Day 1: Smooth, quick motorcade for Pope Francis

Bea Cupin
Day 1: Smooth, quick motorcade for Pope Francis
The motorcade of the Pope is without hitches. He arrives at the Apostolic Nunciature in less than 40 minutes from Villamor airbase.

MANILA, Philippines – Philippine officials braced for the worst: unruly crowds that would cause delays, possibly stretching Pope Francis’ estimated 45-minute journey from the Villamor Airbase to the Apostolic Nunciature to a 4-hour trip. (IN PHOTOS: Pope Francis in the Philippines, Day 1

But the motorcade of the Pope on his first day here went without hitches, taking him and his popemobile less than 40 minutes to reach his official residence in Manila, the Vatican embassy

Officials were wary of a repeat of the last time a pope visited the Philippines. In 1995, when Pope John Paul II visited the country for a second time, pandemonium occurred as the crowd breached security barriers, blocking the popemobile’s path. (READ: Securing the Pope)

WELCOME! Pope Francis steps out of the Sri Lanka plane that brought him from Colombo. Photo by Rappler

In the last few weeks, the government’s security team for the papal visit reminded the public to follow the rules and stay calm throughout the Pontiff’s visit from January 15 to 19, 2015

The crowd waiting to catch a glimpse of the Pope was visibly eager but did not push or shove.

Police Director Carmelo Valmoria, chief of the National Capital Region Police Office (NCRPO), made a last-minute inspection of the security barriers at Roxas Boulevard corner Quirino Avenue. 

Valmoria personally appealed to the crowd there to remain calm.

At least 18,000 policemen were deployed to secure the Pope’s 22-kilometer trip from Pasay City to Manila. The police were also reinforced by personnel from local government units, parishes, the Metropolitan Manila Development Authority, and the Armed Forces of the Philippines, to name a few. 

The Philippines will be tapping the services of some 40,000 security personnel – a mix of police, soldiers, traffic constables and volunteers – to protect the Pope during his 5-day trip. (READ: Airlifts and emergencies: Keeping people safe in a papal visit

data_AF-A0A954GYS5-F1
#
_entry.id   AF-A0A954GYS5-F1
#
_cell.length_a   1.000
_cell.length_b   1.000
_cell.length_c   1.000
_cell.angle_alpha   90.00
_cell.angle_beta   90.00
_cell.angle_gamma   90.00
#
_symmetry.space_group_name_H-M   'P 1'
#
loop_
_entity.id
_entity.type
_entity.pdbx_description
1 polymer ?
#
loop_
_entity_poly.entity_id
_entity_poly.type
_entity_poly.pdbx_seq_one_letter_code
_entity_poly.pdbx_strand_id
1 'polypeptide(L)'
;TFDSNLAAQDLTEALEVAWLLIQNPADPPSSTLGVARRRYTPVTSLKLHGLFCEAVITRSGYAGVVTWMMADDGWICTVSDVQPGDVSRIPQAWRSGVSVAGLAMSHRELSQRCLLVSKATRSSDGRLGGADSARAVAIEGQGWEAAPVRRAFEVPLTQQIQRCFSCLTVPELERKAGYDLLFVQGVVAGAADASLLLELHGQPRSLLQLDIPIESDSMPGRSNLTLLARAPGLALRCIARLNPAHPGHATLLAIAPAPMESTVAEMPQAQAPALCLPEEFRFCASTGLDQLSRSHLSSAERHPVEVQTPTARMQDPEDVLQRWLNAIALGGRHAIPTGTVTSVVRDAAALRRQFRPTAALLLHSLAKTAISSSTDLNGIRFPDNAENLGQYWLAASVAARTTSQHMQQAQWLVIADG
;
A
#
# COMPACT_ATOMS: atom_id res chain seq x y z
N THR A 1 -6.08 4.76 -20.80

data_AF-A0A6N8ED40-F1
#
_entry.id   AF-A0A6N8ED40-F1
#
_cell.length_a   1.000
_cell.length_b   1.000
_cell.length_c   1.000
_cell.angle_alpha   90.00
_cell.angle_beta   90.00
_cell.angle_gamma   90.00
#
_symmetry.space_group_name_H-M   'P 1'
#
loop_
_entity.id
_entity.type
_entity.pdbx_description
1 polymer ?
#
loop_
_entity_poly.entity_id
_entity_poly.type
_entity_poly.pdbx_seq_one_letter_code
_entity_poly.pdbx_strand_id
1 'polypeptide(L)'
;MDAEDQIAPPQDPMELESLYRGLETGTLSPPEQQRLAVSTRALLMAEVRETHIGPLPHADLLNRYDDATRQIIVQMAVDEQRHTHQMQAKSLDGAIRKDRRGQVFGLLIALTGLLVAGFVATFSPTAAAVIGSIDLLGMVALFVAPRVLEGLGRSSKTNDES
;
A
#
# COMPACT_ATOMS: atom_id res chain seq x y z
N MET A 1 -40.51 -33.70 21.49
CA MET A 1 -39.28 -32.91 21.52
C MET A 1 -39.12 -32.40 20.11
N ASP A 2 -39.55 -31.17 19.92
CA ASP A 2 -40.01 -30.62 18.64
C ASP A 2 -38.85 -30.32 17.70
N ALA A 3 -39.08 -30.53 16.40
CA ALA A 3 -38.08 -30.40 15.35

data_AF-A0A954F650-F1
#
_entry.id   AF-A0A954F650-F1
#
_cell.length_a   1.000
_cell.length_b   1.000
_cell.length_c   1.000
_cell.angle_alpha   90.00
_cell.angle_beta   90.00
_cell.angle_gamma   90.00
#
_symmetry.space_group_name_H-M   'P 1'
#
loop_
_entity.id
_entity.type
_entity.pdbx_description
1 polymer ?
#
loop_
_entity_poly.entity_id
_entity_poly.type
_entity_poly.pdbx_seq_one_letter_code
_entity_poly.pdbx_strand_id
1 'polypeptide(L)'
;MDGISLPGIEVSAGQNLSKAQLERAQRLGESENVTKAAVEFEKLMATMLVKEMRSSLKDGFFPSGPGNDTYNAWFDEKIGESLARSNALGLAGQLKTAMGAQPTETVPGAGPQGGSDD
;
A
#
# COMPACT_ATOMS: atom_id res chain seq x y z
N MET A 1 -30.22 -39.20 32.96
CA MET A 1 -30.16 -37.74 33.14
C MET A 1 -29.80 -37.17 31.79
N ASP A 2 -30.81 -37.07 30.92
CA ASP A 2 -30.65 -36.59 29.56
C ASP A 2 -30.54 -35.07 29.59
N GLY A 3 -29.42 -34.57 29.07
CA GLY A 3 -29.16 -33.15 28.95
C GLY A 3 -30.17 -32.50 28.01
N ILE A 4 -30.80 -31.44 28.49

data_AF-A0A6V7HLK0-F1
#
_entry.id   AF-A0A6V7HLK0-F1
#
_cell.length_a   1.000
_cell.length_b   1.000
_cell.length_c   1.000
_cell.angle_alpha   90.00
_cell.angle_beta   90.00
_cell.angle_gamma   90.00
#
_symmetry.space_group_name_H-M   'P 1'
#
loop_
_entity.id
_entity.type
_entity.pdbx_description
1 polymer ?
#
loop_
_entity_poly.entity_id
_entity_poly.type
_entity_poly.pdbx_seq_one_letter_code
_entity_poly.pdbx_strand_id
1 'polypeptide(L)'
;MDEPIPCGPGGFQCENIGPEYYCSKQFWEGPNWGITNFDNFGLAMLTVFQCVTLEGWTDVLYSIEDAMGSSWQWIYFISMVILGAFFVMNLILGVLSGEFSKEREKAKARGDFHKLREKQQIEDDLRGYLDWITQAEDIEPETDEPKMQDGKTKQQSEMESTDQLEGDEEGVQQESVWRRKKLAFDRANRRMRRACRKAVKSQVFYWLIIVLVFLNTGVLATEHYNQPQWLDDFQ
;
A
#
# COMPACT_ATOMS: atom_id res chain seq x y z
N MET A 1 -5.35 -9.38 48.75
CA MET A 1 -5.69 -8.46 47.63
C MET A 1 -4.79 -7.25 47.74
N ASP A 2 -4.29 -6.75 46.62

On Friday, January 16, Francis will meet with government officials at the Malacañang Palace, lead a Mass at the Manila Cathedral and meet families at the Mall of Asia Arena. (READ: Pope’s first PH Mass: Will he talk about the Church’s failings?)

His third day in the Philippines on Saturday, January 17, will be spent in the typhoon-ravaged province of Leyte where he will meet with typhoon survivors and lead a mass at the Tacloban airport. (WATCH: What Yolanda survivors want to #ShowThePope)

On Sunday, January 18, the Pope will dialogue with leaders of other religions and the youth in the University of Santo Tomas then lead an open-air mass at the Quirino Grandstand in Luneta Park. (READ: Official itinerary of Pope Francis)

Millions are expected to attend the two public, open-air masses, a huge security nightmare for both Philippine forces and his team from the Vatican.  

The Pope’s close-in security in the Philippines is a mix of Swiss Guards and members of the Presidential Security Group. Area and route security, meanwhile, is primarily the task of the PNP. –



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Bea Cupin

Bea is a senior multimedia reporter who covers national politics. She's been a journalist since 2011 and has written about Congress, the national police, and the Liberal Party for Rappler.